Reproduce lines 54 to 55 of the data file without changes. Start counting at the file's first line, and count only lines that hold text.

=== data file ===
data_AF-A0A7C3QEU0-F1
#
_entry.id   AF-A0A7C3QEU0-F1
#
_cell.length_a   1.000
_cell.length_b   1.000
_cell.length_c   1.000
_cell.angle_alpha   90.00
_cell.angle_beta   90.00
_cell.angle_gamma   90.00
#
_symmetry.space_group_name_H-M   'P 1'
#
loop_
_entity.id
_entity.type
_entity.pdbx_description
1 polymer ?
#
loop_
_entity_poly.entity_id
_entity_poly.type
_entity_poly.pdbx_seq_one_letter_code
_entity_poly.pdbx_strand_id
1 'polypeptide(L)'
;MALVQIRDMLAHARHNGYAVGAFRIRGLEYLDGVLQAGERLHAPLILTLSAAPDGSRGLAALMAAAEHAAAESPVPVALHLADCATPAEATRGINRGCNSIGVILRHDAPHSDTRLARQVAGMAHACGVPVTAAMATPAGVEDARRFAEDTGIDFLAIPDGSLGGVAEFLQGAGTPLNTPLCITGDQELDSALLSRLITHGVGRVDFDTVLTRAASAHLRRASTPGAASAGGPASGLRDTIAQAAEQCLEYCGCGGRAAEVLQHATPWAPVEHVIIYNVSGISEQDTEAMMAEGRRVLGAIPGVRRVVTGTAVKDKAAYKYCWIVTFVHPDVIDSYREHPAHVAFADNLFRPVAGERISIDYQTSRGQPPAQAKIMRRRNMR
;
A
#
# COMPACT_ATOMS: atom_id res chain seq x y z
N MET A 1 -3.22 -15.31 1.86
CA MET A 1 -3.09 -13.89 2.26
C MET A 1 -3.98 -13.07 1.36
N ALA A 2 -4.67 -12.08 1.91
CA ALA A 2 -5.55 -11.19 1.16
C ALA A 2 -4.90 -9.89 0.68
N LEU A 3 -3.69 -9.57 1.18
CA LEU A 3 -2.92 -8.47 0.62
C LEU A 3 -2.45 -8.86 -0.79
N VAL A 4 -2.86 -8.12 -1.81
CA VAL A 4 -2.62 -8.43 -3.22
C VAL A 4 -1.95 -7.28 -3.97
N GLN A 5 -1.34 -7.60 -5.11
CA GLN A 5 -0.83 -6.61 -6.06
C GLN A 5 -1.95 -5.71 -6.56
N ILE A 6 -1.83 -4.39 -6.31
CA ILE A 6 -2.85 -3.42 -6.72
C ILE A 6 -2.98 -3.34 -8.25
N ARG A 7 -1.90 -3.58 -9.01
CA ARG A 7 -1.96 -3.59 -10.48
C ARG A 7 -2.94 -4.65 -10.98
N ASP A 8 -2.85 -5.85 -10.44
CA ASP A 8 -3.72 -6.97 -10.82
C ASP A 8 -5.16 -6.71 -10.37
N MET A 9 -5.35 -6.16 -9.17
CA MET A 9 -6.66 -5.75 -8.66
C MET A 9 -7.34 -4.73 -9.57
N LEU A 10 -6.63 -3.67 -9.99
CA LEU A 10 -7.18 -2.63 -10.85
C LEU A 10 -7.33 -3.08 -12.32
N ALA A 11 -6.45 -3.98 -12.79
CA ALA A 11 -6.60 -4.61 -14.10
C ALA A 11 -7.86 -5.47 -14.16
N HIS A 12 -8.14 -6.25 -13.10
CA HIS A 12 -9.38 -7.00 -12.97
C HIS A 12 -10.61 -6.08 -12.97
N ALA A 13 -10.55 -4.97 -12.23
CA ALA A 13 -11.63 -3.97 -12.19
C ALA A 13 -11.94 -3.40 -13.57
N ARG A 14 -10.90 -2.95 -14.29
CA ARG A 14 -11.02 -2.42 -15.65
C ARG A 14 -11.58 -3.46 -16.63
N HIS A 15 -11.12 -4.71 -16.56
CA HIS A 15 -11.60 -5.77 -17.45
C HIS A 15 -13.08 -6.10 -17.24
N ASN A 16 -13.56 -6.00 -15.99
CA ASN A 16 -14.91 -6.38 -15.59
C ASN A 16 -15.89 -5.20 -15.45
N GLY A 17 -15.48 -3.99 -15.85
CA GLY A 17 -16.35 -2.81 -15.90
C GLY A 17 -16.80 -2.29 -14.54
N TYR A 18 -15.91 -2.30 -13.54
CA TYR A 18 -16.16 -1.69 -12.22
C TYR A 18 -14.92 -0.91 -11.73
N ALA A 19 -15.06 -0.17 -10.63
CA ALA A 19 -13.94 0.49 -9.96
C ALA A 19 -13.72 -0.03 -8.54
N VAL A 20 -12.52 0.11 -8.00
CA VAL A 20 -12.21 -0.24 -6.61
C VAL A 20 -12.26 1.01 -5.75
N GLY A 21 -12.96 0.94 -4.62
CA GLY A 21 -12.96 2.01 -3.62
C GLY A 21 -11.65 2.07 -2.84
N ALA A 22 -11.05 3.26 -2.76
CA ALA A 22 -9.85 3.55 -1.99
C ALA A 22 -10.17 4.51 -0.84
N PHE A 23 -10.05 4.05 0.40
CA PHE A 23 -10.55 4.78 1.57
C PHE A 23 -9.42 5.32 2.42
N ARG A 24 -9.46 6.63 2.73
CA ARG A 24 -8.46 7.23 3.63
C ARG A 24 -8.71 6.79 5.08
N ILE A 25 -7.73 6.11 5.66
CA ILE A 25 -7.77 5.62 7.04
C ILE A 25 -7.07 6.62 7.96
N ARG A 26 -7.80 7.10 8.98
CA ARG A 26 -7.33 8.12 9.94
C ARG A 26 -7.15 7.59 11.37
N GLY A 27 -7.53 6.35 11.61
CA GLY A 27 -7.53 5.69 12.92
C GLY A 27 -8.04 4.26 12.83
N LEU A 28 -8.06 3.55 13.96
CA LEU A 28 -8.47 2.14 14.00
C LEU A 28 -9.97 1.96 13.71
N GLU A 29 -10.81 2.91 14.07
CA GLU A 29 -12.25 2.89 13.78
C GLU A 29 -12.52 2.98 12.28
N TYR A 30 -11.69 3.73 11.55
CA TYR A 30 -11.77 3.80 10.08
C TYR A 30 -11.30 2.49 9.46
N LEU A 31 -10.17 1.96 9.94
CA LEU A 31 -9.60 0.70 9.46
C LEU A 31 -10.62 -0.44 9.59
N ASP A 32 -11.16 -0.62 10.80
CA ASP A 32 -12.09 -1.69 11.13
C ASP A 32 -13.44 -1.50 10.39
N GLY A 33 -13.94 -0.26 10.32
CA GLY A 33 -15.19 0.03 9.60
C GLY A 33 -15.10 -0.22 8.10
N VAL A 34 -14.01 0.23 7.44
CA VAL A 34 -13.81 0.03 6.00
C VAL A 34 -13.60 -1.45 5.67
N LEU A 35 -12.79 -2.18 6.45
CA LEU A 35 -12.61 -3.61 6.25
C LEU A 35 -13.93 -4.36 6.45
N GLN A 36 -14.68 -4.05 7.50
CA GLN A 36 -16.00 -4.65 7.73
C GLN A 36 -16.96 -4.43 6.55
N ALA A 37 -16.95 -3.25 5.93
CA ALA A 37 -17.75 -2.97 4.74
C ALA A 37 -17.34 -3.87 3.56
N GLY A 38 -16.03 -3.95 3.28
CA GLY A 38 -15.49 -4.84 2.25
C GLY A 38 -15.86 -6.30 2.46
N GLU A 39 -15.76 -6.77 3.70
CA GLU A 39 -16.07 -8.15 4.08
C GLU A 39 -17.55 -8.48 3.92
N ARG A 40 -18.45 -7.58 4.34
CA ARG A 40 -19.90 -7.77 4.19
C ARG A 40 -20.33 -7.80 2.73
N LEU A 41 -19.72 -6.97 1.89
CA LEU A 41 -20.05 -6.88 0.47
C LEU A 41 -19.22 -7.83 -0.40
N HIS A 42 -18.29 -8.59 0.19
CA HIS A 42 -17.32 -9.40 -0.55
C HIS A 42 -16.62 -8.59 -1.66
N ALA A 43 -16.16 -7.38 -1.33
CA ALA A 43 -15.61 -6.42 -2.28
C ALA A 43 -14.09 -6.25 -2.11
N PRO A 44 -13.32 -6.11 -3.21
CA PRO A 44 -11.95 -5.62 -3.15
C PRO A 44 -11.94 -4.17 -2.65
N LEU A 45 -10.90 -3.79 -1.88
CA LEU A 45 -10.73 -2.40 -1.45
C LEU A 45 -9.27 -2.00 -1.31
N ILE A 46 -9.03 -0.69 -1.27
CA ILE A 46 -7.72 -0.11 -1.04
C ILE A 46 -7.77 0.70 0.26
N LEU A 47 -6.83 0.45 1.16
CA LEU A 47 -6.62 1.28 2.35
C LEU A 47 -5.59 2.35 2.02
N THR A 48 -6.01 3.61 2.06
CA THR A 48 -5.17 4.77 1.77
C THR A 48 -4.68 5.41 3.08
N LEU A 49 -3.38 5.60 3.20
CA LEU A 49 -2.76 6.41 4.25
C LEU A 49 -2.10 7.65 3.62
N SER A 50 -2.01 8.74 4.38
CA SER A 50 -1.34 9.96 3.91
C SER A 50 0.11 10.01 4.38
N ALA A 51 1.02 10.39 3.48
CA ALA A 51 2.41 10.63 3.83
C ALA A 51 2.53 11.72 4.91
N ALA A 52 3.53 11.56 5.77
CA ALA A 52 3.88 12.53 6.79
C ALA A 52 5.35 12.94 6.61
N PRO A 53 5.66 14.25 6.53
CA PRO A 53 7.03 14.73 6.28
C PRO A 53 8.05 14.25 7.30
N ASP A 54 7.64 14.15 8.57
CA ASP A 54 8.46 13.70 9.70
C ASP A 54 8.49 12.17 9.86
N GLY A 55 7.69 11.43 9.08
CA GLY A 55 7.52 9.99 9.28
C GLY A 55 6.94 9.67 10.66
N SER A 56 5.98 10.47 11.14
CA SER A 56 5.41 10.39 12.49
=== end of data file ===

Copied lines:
C ASP A 8 -5.16 -6.71 -10.37
N MET A 9 -5.35 -6.16 -9.17